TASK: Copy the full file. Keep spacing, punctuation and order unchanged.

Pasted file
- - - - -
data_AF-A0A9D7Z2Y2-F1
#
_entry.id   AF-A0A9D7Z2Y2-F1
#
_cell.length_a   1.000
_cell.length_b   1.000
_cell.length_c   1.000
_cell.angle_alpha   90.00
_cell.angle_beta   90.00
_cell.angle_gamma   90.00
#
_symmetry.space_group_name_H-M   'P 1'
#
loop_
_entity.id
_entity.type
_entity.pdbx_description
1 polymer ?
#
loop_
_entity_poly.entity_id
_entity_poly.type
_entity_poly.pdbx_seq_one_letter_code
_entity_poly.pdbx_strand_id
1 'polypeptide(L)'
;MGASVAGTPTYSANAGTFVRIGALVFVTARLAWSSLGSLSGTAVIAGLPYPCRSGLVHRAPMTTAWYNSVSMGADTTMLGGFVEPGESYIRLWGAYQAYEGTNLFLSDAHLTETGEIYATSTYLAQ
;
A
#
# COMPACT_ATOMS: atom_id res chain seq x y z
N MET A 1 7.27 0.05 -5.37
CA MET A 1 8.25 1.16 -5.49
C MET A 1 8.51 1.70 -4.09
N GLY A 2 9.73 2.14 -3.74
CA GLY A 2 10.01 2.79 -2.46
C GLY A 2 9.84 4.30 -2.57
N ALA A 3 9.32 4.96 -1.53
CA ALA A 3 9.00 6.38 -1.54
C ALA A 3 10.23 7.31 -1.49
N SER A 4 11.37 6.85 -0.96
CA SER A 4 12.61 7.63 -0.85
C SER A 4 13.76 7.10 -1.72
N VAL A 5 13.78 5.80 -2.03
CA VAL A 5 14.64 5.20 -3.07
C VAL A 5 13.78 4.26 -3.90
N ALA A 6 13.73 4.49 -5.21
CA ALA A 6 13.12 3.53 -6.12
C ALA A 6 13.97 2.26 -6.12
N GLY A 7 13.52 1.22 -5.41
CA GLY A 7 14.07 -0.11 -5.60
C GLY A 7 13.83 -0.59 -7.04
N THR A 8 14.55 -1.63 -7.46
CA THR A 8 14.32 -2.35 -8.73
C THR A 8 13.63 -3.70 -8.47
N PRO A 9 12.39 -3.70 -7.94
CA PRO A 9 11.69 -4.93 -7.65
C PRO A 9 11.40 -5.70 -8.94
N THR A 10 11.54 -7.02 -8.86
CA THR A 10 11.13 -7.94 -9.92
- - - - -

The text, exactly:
data_AF-A0A9D7Z2Y2-F1
#
_entry.id   AF-A0A9D7Z2Y2-F1
#
_cell.length_a   1.000
_cell.length_b   1.000
_cell.length_c   1.000
_cell.angle_alpha   90.00
_cell.angle_beta   90.00
_cell.angle_gamma   90.00
#
_symmetry.space_group_name_H-M   'P 1'
#
loop_
_entity.id
_entity.type
_entity.pdbx_description
1 polymer ?
#
loop_
_entity_poly.entity_id
_entity_poly.type
_entity_poly.pdbx_seq_one_letter_code
_entity_poly.pdbx_strand_id
1 'polypeptide(L)'
;MGASVAGTPTYSANAGTFVRIGALVFVTARLAWSSLGSLSGTAVIAGLPYPCRSGLVHRAPMTTAWYNSVSMGADTTMLGGFVEPGESYIRLWGAYQAYEGTNLFLSDAHLTETGEIYATSTYLAQ
;
A
#
# COMPACT_ATOMS: atom_id res chain seq x y z
N MET A 1 7.27 0.05 -5.37
CA MET A 1 8.25 1.16 -5.49
C MET A 1 8.51 1.70 -4.09
N GLY A 2 9.73 2.14 -3.74
CA GLY A 2 10.01 2.79 -2.46
C GLY A 2 9.84 4.30 -2.57
N ALA A 3 9.32 4.96 -1.53
CA ALA A 3 9.00 6.38 -1.54
C ALA A 3 10.23 7.31 -1.49
N SER A 4 11.37 6.85 -0.96
CA SER A 4 12.61 7.63 -0.85
C SER A 4 13.76 7.10 -1.72
N VAL A 5 13.78 5.80 -2.03
CA VAL A 5 14.64 5.20 -3.07
C VAL A 5 13.78 4.26 -3.90
N ALA A 6 13.73 4.49 -5.21
CA ALA A 6 13.12 3.53 -6.12
C ALA A 6 13.97 2.26 -6.12
N GLY A 7 13.52 1.22 -5.41
CA GLY A 7 14.07 -0.11 -5.60
C GLY A 7 13.83 -0.59 -7.04
N THR A 8 14.55 -1.63 -7.46
CA THR A 8 14.32 -2.35 -8.73
C THR A 8 13.63 -3.70 -8.47
N PRO A 9 12.39 -3.70 -7.94
CA PRO A 9 11.69 -4.93 -7.65
C PRO A 9 11.40 -5.70 -8.94
N THR A 10 11.54 -7.02 -8.86
CA THR A 10 11.13 -7.94 -9.92